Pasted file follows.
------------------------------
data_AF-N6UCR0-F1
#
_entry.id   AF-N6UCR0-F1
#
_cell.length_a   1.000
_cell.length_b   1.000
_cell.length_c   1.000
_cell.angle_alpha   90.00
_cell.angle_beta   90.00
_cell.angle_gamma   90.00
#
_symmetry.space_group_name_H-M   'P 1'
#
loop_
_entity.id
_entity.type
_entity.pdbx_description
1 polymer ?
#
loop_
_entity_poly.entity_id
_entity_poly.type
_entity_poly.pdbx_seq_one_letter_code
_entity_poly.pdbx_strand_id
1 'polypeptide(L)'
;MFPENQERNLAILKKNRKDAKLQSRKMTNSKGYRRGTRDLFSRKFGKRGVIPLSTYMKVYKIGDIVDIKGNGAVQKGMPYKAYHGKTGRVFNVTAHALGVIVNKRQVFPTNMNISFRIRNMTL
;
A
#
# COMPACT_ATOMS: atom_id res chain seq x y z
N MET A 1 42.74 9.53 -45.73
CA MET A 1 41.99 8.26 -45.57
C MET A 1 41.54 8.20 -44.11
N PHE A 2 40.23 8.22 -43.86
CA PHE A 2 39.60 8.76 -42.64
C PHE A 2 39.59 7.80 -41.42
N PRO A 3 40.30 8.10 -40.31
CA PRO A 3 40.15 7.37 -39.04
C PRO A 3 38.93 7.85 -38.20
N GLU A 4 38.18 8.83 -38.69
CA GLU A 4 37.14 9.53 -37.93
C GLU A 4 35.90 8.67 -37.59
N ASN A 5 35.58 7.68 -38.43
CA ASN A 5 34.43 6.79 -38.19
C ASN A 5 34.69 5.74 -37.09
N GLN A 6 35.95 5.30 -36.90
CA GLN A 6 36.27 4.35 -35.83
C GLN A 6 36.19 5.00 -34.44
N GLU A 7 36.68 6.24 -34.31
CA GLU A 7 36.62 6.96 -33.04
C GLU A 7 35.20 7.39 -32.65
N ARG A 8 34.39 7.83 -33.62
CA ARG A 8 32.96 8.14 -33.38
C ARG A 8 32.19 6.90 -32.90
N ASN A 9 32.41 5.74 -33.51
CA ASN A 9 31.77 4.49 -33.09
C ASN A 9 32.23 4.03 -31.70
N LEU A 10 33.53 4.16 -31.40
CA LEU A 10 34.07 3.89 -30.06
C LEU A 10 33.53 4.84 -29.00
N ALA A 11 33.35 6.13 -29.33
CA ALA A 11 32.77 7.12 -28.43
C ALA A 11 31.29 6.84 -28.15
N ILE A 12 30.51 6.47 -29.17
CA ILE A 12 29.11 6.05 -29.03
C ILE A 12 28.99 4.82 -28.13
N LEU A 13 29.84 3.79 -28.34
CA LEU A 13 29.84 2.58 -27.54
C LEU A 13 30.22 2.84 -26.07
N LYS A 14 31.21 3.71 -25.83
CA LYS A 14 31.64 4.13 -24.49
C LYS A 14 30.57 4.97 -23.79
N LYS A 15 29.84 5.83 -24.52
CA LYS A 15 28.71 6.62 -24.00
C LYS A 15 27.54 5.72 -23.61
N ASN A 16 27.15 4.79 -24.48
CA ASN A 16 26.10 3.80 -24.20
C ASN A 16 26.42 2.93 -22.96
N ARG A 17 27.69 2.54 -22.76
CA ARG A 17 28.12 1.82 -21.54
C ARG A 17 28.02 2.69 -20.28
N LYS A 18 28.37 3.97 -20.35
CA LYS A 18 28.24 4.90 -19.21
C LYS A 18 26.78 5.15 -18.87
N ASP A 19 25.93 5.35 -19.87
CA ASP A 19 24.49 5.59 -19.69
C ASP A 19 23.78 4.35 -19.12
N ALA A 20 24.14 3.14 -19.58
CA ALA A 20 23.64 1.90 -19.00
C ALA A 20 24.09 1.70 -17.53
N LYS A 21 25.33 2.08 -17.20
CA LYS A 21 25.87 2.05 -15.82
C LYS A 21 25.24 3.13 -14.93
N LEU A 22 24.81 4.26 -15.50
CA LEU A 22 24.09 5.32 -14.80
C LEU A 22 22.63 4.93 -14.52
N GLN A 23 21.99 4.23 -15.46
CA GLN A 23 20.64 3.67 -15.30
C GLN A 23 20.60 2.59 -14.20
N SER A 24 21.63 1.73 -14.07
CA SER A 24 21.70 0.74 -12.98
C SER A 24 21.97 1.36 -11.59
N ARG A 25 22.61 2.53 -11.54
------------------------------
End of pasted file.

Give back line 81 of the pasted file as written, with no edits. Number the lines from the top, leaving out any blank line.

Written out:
C ARG A 17 28.02 2.69 -20.28